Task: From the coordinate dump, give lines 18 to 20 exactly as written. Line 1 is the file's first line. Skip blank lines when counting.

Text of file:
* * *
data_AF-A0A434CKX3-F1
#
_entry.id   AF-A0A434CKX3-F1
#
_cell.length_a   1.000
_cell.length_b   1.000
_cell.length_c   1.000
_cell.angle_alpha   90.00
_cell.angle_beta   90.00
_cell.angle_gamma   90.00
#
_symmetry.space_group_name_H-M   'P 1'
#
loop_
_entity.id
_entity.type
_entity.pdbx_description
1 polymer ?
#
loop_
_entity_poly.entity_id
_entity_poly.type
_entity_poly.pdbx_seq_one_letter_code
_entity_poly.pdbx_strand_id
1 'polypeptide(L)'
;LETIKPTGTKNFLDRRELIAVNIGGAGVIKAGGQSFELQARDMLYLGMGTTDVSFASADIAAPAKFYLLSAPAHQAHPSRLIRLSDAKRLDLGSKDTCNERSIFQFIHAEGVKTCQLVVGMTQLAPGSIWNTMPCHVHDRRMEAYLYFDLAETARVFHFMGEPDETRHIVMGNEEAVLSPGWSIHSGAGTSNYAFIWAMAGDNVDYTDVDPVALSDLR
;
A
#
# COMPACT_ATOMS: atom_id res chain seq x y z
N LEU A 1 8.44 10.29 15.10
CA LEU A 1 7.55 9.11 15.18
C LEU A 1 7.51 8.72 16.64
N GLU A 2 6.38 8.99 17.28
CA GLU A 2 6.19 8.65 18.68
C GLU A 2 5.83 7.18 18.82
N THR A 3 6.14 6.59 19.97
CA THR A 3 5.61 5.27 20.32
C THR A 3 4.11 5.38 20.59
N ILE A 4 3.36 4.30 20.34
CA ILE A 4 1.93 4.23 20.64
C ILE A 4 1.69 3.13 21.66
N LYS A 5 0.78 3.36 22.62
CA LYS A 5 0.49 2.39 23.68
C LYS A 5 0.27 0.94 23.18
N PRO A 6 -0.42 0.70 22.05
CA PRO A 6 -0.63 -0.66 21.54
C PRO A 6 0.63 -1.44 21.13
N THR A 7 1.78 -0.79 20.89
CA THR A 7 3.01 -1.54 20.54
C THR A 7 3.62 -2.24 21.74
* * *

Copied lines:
1 polymer ?
#
loop_